Inflation Showing Signs of Improvement

While still running high, inflation finally eased in October, giving the Fed some room to ease off its interest-rate pace.

illustration of price chart
(Image credit: iStockphoto)

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Inflation eased to 7.7% in October – still high, but an improvement over September’s 8.2% rate. This is the first sign of a long-expected improvement in monthly inflation reports that should bring the rate down to a little above 3% by the end of next year.

An easing of the rate of increase in non-food, non-energy prices suggests that the underlying growth rate most responsible for inflation’s momentum has peaked and may be on a slow, downward path. Medical care inflation eased significantly as new information about health care insurance premiums was included. Price increases for new cars moderated, while prices of used cars fell for the second month. Clothing prices declined for the second month, as well. The largest price category, rent, rose at a slower pace. (Rent increases are expected to remain strong in the index for a while because of the length of time it takes for leases to come up for renewal.) As a bonus, price increases for groceries eased as well, with their smallest rise in almost a year.

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Not all was rosy, though: Auto insurance rates are still rising strongly, in tandem with the cost of repairs. Restaurant prices are maintaining strong upward momentum and hotel rates jumped in October. Gasoline prices bumped up moderately.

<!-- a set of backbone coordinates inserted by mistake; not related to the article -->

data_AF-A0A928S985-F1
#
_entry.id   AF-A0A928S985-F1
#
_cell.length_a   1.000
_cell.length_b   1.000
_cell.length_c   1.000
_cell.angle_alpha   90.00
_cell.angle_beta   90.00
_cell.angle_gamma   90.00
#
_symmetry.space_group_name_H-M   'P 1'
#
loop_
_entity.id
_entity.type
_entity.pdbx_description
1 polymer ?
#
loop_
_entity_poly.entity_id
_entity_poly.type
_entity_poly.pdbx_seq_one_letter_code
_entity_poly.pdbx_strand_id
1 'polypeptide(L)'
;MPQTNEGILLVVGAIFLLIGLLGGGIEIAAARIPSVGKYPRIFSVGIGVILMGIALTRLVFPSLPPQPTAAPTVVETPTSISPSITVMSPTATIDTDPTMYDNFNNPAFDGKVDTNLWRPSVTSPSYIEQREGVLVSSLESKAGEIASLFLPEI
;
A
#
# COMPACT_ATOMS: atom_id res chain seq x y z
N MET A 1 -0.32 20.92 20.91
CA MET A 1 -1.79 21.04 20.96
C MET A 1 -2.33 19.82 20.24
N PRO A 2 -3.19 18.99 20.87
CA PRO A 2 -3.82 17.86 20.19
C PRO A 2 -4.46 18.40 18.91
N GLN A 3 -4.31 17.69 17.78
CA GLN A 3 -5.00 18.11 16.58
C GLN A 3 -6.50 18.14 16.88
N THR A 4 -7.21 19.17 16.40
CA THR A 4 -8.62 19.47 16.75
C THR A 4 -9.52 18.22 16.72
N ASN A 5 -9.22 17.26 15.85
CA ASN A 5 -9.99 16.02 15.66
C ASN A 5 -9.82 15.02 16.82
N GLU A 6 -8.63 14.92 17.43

The Federal Reserve will likely see this report as justification to dial back its next short-term interest rate hike to a 0.50-percentage point at its next policy meeting on Dec. 15, instead of the 0.75-percentage-point increases it had been making. The easing in broader underlying components of the inflation rate is what the Fed is looking for, and not just decreases in gasoline prices. However, there is still inflationary momentum in the economy that the Fed is worried about. Wage increases are slowing, but are still high. These could generate further rounds of price increases as businesses try to maintain their profit margins.

Consumer Price Index historical tables

David Payne
Staff Economist, The Kiplinger Letter
David is both staff economist and reporter for The Kiplinger Letter, overseeing Kiplinger forecasts for the U.S. and world economies. Previously, he was senior principal economist in the Center for Forecasting and Modeling at IHS/GlobalInsight, and an economist in the Chief Economist's Office of the U.S. Department of Commerce. David has co-written weekly reports on economic conditions since 1992, and has forecasted GDP and its components since 1995, beating the Blue Chip Indicators forecasts two-thirds of the time. David is a Certified Business Economist as recognized by the National Association for Business Economics. He has two master's degrees and is ABD in economics from the University of North Carolina at Chapel Hill.